All Of Us Love Discovering New Flavours

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Photo by Steve Buissine, c/o Pixabay

It may seem a tad quirky to think that we would all love discovering new flavours for cuisine but so it would seem to be true for many of us. I thought this was stating the obvious but a report from Innova Market Insights says that we love the interesting and the novel in flavour. Apparently, at least 75 per cent of us are saying we ‘love to discover new flavours’.

When we make a choice about a new food or a new beverage it is not usually the health aspect but the flavour which dictates what we like as a consumer. When Innova did their top 10 Trends for 2020 they could see that flavour was skewing the desire for new products. Drilling down further to look at flavour descriptors suggested that provenance also played a part in choice but it was always coming back to flavour. The number one trend on that basis was a ‘Storytelling: winning With Words’ theme. At number 2 was ‘hello Hybrids’ which reflected on diversity in the produce used in cooking, and in botanicals which were considered new flavourings. It seems that flavours too are crossing over into different categories which shows how our traditional values about food flavour are slowly changing and hopefully for the better when it comes to variety.

If you look at the age groups, Generation Z are more interested in traditional flavours whilst Millennials are the most out there when it comes to trying new flavours. the Baby Boomers are interestingly the most traditional whereas you might have expected Generation Z to be the most adventurous. having said that 45% of Generation Zs agree that ‘the crazier the flavor, the better.’ This is a much higher percentage than found amongst the over 45s and 55s.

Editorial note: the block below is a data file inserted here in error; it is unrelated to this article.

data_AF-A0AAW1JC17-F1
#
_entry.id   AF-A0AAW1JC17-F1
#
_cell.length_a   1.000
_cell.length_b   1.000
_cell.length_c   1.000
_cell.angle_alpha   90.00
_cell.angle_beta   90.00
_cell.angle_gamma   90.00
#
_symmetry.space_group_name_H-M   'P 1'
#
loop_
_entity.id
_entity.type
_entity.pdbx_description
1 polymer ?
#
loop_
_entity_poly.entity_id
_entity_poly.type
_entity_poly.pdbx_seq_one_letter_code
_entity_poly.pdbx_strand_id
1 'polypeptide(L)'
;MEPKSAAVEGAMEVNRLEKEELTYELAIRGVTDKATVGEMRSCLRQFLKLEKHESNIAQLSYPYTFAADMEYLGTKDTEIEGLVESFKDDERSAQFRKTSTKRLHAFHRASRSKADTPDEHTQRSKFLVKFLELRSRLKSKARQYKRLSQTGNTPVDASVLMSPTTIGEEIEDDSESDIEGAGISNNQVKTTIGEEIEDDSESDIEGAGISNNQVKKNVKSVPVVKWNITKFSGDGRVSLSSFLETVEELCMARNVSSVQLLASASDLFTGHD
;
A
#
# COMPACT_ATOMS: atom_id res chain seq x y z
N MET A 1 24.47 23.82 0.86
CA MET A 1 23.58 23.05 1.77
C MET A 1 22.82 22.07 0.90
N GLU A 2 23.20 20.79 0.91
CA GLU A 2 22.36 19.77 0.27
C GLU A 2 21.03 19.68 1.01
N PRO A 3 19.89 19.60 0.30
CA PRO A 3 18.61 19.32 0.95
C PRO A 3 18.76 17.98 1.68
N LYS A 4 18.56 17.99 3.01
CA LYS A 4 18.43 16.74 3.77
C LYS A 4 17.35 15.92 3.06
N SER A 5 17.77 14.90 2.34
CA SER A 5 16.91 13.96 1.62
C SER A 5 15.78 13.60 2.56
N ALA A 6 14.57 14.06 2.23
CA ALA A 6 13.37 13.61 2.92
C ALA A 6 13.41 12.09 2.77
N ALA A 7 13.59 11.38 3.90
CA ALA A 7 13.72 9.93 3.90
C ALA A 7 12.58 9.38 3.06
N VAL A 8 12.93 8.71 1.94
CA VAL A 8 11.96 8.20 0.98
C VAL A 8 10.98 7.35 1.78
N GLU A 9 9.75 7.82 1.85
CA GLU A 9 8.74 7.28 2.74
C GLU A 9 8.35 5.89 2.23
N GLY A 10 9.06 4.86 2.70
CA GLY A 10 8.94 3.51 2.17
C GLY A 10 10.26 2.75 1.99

The report should help product developers and chefs looking at flavour innovation for different age groups. There is a considerable motivation to try authentic and valued international flavours. That means seeking out new plants and animals perhaps. Whilst the health and wellness category is important to all there is a clear indication that flavours will need to be strong enough to convince consumers that food is worth eating irrespective of the health benefits. 

Sustainability with respect to sourcing new flavours from plants is important to many and there is an issue for many people that too many plants are disappearing. Let’s hope there are no sacrifices in species when it comes to seeking and exploiting the new flavours from around the world. If we are to keep discovering new flavours we clearly need to ensure we don’t lose those plants and animals which might provide them.

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